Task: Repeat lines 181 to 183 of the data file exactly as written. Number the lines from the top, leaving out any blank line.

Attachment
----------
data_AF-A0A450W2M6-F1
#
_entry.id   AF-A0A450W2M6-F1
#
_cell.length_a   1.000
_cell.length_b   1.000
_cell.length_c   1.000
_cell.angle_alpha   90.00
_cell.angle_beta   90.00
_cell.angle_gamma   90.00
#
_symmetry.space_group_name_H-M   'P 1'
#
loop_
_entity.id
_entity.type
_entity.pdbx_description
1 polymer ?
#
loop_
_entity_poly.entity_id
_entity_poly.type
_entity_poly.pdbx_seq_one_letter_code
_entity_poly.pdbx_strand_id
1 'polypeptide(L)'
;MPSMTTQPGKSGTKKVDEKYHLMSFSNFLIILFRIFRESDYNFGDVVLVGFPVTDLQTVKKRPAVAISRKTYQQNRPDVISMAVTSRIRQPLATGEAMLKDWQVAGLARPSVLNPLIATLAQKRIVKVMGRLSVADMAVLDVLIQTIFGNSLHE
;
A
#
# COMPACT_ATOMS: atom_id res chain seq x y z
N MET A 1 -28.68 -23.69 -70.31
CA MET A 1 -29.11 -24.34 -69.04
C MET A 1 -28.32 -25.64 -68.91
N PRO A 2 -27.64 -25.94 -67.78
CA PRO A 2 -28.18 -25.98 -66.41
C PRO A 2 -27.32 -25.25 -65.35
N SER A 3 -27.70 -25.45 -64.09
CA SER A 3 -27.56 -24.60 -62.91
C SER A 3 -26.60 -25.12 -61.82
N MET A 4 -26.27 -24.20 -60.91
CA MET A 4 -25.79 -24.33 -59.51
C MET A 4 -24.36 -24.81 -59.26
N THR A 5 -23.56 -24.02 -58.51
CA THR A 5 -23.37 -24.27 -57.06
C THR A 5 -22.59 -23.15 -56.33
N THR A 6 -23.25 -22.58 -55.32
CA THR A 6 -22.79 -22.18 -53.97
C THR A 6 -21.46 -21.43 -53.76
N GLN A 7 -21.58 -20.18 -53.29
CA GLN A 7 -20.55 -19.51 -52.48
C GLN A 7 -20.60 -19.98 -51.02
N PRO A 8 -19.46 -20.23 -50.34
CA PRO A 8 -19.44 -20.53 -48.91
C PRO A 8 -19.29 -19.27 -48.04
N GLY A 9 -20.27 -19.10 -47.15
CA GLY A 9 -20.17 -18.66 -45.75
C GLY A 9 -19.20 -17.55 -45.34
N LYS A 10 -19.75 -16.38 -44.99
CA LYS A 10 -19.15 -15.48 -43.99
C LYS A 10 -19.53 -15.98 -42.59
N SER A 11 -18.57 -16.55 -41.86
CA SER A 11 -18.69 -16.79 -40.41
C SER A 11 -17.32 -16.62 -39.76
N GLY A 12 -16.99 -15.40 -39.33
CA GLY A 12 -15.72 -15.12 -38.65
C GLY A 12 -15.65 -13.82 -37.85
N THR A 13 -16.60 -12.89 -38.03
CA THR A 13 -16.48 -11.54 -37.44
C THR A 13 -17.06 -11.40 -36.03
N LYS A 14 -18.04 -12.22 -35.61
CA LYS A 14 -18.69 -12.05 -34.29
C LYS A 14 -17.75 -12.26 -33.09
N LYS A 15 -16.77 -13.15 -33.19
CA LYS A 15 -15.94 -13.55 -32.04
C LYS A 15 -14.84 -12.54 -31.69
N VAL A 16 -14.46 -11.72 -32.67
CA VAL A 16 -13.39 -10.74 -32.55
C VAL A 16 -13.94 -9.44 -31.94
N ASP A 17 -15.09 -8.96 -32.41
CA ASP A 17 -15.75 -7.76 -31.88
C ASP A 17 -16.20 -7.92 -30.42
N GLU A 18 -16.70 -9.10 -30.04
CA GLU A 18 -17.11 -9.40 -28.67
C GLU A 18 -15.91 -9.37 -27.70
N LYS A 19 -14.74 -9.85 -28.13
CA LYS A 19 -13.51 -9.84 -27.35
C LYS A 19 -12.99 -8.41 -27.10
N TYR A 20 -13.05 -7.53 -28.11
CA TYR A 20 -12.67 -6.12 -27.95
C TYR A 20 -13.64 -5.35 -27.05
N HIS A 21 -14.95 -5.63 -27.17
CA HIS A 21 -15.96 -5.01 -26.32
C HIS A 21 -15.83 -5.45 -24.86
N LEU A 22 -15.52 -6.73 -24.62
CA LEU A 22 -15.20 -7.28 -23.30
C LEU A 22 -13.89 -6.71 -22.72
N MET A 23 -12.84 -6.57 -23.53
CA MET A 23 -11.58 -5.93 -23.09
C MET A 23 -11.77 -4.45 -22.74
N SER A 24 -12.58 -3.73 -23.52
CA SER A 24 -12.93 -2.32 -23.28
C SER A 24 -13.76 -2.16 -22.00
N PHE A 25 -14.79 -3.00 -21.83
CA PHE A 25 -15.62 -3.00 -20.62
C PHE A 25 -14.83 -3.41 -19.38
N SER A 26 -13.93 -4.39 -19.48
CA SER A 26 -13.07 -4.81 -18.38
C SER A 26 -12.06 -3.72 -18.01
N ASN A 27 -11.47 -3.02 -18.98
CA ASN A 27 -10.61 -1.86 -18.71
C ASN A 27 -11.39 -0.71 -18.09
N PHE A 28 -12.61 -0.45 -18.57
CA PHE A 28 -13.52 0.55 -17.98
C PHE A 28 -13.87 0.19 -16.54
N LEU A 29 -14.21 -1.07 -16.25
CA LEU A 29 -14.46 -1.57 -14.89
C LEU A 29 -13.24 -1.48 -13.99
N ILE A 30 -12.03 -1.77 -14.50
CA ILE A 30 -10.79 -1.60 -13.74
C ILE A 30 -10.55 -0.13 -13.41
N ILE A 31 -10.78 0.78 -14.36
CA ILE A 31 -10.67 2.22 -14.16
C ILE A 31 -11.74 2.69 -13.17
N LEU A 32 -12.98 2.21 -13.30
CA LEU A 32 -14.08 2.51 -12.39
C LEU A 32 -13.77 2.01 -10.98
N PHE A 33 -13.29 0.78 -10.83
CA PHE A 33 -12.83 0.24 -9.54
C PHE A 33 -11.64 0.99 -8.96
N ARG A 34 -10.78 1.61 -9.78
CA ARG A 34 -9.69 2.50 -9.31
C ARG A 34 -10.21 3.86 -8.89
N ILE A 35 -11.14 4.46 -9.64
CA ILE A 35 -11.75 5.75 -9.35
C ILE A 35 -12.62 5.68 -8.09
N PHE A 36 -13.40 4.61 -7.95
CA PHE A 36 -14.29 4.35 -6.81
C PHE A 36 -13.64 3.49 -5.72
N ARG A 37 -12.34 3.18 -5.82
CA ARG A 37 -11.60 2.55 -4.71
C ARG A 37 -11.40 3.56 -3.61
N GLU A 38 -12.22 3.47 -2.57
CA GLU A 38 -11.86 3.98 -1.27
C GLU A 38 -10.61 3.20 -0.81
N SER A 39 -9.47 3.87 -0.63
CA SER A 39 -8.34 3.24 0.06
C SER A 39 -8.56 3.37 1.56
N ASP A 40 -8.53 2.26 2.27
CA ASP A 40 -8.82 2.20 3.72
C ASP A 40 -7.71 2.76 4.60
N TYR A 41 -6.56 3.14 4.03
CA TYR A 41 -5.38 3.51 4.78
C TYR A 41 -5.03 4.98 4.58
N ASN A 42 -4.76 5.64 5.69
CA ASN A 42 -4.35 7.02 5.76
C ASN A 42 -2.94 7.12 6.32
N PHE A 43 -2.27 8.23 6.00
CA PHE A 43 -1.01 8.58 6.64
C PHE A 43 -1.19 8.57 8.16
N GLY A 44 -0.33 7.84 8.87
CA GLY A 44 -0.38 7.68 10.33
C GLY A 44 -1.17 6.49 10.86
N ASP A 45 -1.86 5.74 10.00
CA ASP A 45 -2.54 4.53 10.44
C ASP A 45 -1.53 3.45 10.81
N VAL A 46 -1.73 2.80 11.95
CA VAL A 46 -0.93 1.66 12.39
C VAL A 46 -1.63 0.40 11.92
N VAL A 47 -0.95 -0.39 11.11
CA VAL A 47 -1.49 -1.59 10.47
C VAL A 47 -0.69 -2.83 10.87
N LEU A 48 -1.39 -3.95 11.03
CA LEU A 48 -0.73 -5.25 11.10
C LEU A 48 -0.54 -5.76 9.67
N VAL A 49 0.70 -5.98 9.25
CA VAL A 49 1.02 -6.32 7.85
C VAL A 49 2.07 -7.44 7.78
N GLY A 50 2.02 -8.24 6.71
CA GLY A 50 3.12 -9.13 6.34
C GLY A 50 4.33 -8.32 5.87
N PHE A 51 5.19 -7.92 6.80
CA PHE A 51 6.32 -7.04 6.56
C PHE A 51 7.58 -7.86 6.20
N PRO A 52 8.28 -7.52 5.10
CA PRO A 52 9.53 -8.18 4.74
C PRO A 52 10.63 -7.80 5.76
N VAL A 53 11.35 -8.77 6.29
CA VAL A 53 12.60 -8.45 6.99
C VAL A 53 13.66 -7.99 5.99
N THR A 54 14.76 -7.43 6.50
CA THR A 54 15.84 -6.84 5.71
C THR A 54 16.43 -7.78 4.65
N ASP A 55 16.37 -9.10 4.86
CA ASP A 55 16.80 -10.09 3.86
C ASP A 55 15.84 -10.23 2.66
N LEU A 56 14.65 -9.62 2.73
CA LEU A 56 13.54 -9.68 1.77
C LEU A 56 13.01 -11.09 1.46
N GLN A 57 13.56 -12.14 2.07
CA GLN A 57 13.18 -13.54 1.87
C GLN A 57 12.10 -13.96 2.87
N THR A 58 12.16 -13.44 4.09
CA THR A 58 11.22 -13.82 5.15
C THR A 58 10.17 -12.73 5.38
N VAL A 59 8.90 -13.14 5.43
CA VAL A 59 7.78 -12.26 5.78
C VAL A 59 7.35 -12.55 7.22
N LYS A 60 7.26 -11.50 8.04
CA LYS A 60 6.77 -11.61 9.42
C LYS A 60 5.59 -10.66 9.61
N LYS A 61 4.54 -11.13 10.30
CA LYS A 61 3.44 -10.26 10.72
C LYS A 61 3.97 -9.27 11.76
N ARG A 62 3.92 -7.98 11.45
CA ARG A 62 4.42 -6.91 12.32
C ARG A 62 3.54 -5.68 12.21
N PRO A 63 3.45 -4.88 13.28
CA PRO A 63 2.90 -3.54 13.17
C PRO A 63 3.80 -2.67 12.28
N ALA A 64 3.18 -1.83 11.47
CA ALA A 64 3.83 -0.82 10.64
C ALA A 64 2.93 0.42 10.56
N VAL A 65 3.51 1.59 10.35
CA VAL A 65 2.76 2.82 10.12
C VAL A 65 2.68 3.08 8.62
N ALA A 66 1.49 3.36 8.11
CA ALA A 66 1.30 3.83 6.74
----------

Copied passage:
N PHE A 51 5.19 -7.92 6.80
CA PHE A 51 6.32 -7.04 6.56
C PHE A 51 7.58 -7.86 6.20